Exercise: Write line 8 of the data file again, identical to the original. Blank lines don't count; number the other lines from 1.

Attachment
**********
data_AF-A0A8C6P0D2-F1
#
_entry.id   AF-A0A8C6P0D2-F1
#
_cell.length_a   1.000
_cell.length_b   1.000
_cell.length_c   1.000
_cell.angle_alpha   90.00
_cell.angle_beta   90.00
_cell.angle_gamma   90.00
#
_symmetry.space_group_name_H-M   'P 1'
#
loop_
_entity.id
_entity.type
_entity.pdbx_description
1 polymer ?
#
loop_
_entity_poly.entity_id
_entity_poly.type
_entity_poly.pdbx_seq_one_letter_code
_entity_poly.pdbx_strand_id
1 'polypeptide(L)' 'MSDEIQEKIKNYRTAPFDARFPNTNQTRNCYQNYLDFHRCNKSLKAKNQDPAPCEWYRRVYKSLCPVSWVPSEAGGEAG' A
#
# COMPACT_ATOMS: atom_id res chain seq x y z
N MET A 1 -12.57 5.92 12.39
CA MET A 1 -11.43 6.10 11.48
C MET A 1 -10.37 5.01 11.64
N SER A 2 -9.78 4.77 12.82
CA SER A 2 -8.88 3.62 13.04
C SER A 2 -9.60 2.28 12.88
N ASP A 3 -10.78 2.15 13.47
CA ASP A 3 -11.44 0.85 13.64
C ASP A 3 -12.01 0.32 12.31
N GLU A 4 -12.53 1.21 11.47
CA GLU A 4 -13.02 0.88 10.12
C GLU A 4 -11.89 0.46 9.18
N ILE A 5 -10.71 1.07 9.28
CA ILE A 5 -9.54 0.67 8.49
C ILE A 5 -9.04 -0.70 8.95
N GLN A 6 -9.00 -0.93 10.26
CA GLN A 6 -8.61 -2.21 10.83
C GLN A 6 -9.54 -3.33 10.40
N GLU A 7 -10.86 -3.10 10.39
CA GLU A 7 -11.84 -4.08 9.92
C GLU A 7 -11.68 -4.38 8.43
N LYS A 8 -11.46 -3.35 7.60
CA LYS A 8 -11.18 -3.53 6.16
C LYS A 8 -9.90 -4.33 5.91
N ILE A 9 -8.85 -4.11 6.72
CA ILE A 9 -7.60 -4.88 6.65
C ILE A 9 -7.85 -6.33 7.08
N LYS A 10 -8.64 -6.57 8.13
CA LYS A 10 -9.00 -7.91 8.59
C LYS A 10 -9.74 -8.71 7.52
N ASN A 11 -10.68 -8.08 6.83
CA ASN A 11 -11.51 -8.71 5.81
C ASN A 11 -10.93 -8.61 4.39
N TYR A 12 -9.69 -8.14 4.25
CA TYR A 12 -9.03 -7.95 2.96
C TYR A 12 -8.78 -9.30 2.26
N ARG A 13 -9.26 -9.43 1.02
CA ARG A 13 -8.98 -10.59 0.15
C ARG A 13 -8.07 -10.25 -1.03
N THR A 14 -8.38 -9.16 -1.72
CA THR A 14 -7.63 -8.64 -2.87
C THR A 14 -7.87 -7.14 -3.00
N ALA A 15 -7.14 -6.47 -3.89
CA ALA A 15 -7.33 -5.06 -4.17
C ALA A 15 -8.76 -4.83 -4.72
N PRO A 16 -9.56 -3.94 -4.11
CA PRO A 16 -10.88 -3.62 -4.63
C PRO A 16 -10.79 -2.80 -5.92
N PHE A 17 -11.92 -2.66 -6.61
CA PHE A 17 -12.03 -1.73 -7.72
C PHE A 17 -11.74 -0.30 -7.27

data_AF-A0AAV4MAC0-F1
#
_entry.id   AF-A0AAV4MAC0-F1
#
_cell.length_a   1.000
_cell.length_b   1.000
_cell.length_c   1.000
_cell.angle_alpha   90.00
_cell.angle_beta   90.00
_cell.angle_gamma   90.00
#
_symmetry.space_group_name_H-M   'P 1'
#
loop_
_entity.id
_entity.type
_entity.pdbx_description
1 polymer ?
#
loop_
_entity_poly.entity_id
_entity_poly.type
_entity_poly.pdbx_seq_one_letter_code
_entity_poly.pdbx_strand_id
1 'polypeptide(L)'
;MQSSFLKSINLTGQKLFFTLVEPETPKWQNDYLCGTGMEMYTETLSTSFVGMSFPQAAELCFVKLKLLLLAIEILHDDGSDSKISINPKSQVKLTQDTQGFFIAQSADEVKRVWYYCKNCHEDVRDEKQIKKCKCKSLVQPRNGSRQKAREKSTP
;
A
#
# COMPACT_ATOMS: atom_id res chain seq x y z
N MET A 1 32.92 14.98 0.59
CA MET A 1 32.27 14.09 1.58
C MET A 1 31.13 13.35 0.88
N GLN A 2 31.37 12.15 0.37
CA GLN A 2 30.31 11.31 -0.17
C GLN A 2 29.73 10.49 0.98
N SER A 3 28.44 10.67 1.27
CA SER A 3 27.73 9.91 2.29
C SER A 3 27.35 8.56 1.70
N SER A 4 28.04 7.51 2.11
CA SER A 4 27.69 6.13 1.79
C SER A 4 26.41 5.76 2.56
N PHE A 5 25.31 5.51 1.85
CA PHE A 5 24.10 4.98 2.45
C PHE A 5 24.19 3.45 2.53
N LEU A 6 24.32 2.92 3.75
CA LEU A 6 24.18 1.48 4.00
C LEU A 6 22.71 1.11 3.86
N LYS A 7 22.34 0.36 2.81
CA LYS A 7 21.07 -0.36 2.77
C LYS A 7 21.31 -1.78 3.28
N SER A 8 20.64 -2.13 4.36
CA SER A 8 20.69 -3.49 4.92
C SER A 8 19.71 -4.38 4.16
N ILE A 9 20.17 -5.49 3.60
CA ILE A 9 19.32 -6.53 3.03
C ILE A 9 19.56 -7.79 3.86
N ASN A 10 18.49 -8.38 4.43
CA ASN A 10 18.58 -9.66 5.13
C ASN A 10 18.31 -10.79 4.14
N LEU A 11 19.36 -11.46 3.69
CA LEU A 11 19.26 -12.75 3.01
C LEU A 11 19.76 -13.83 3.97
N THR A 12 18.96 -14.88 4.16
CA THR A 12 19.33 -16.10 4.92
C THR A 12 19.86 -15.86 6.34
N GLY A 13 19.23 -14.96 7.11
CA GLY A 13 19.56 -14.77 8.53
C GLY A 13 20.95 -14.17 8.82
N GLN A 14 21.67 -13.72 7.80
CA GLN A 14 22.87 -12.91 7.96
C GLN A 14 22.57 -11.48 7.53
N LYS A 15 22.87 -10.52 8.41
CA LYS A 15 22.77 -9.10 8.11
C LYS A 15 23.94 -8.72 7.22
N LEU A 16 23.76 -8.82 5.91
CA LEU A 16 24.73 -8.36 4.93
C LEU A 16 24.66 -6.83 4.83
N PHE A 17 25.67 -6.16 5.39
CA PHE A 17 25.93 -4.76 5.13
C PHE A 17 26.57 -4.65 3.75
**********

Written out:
_cell.angle_alpha   90.00